"The landscape of nuclear weapons have changed in the last 25 years," Carter said on Tuesday in his remarks on "Sustaining Nuclear Deterrence" at Minot Air Force Base in North Dakota.
"Pakistan nuclear weapons are entangled in a history of tension, and while they are not a threat to the United States directly, we work with Pakistan to ensure stability."
Carter said while the US has not done much to boost its nuclear arsenal, other countries have added to it both in terms of the number of weapons and delivery options.
He also praised India for showing responsible behaviour with its nuclear technology.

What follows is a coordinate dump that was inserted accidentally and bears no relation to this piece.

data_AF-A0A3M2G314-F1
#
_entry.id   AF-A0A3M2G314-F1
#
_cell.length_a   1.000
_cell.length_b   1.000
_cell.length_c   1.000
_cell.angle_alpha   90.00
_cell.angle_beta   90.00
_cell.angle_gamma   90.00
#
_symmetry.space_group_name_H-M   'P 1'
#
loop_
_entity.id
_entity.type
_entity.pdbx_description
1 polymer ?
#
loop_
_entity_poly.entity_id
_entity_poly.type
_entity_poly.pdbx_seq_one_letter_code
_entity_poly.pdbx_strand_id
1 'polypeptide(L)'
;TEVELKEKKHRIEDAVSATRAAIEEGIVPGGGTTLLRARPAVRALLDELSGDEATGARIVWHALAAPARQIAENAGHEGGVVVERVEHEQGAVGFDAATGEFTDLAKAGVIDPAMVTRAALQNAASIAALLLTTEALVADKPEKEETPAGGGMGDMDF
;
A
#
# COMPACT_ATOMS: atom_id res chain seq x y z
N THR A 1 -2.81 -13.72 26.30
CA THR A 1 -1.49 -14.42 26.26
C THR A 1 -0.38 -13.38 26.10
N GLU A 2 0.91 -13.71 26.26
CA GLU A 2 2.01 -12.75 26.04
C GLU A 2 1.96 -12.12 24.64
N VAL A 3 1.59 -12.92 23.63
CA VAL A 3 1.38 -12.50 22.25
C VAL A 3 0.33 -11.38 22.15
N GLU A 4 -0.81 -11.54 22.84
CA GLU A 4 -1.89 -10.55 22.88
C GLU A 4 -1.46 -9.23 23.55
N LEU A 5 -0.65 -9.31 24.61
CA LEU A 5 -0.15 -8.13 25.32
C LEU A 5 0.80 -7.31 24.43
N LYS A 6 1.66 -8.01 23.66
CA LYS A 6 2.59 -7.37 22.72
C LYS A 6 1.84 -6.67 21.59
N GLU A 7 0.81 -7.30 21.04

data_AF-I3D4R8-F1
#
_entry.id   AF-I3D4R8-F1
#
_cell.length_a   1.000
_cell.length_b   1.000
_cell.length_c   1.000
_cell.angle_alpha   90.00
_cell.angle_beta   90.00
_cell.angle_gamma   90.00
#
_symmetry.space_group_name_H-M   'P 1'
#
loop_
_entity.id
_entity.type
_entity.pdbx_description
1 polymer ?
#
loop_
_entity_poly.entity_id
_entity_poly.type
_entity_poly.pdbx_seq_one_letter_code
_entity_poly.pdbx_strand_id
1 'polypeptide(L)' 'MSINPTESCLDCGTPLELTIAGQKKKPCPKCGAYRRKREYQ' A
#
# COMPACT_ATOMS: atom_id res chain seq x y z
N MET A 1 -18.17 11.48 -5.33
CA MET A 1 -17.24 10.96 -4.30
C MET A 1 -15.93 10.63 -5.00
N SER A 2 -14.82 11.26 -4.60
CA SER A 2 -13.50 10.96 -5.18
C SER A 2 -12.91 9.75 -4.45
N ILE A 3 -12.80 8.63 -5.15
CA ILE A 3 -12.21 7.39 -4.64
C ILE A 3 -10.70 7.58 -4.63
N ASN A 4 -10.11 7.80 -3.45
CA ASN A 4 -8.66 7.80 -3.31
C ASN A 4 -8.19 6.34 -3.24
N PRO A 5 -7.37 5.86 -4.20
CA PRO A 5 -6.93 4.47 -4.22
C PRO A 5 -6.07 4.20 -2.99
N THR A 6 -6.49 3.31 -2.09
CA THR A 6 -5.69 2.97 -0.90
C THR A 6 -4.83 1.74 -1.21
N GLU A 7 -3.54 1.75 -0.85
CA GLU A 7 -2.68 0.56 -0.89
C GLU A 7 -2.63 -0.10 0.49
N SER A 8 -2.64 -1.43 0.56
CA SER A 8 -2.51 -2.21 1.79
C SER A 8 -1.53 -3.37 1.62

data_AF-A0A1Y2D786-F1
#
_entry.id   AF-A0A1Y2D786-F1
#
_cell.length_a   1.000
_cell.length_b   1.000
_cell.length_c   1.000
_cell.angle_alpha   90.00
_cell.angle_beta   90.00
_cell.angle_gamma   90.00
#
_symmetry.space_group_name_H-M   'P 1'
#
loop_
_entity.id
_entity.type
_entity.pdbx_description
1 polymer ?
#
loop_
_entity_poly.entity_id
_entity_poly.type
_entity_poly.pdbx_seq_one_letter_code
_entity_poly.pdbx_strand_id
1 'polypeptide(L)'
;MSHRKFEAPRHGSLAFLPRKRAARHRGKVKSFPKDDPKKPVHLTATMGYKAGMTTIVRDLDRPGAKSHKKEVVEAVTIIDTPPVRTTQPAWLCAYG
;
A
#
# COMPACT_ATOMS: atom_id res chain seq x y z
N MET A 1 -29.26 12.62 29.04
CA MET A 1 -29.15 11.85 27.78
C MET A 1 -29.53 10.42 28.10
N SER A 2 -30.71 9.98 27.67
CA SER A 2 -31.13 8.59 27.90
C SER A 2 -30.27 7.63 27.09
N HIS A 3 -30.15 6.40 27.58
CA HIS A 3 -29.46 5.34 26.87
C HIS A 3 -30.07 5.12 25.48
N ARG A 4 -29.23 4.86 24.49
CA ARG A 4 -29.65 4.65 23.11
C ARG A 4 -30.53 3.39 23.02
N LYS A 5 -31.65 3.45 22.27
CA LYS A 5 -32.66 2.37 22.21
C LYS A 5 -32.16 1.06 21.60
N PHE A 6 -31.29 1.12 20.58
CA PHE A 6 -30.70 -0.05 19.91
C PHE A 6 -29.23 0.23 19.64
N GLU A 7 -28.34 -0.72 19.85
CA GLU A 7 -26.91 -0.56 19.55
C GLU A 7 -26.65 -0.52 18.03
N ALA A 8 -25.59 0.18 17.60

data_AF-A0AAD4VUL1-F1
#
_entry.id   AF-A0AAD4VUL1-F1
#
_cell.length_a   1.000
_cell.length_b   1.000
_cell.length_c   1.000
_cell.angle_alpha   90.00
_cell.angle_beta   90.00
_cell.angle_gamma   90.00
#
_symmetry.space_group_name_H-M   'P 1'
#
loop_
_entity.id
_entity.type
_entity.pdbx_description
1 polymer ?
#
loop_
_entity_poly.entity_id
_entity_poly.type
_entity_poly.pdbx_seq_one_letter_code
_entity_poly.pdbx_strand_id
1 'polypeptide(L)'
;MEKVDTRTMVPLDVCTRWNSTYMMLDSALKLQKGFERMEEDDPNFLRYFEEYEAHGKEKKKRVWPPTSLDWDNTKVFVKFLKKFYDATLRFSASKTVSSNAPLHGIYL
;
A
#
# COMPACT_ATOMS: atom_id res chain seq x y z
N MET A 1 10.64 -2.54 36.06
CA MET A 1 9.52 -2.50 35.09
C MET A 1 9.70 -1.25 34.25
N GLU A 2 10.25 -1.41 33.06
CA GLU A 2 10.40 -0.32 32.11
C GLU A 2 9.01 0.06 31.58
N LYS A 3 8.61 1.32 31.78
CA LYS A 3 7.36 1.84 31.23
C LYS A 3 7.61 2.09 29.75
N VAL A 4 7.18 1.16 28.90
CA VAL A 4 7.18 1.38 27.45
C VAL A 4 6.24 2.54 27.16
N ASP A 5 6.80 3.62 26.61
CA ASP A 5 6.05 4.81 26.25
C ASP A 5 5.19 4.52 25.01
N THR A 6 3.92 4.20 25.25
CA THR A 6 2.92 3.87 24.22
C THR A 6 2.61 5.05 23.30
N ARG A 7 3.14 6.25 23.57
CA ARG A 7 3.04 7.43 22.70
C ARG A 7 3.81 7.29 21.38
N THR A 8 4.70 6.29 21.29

Expressing concern over nuclear technology in North Korea, he said, "It is essential that the US maintains its nuclear deterrence."
"America's nuclear deterrence is the bedrock of our security and the highest priority mission of the Department of Defence," he said.
Observing the Russia has long been a nuclear power, Carter said the country's recent saber-rattling and building of new nuclear weapons systems raises serious questions about its leader's commitment to strategic stability and their regard for long-established abhorrence of using nuclear weapons.
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